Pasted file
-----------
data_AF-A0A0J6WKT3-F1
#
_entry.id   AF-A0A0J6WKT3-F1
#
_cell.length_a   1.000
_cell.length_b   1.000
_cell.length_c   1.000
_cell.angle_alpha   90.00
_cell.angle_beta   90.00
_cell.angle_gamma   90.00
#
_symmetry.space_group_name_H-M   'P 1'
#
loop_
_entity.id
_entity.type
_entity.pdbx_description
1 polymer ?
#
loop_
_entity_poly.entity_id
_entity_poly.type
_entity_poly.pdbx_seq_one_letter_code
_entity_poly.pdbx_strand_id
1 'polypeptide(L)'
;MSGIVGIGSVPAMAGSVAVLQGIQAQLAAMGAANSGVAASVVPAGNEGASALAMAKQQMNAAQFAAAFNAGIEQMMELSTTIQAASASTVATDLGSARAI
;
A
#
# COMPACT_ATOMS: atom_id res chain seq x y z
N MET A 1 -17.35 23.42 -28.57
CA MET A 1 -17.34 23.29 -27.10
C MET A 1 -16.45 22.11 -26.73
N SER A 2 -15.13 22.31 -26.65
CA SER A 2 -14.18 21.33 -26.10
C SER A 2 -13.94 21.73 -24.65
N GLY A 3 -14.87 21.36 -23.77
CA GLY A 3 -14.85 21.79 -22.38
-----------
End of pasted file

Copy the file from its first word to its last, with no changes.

data_AF-A0A0J6WKT3-F1
#
_entry.id   AF-A0A0J6WKT3-F1
#
_cell.length_a   1.000
_cell.length_b   1.000
_cell.length_c   1.000
_cell.angle_alpha   90.00
_cell.angle_beta   90.00
_cell.angle_gamma   90.00
#
_symmetry.space_group_name_H-M   'P 1'
#
loop_
_entity.id
_entity.type
_entity.pdbx_description
1 polymer ?
#
loop_
_entity_poly.entity_id
_entity_poly.type
_entity_poly.pdbx_seq_one_letter_code
_entity_poly.pdbx_strand_id
1 'polypeptide(L)'
;MSGIVGIGSVPAMAGSVAVLQGIQAQLAAMGAANSGVAASVVPAGNEGASALAMAKQQMNAAQFAAAFNAGIEQMMELSTTIQAASASTVATDLGSARAI
;
A
#
# COMPACT_ATOMS: atom_id res chain seq x y z
N MET A 1 -17.35 23.42 -28.57
CA MET A 1 -17.34 23.29 -27.10
C MET A 1 -16.45 22.11 -26.73
N SER A 2 -15.13 22.31 -26.65
CA SER A 2 -14.18 21.33 -26.10
C SER A 2 -13.94 21.73 -24.65
N GLY A 3 -14.87 21.36 -23.77
CA GLY A 3 -14.85 21.79 -22.38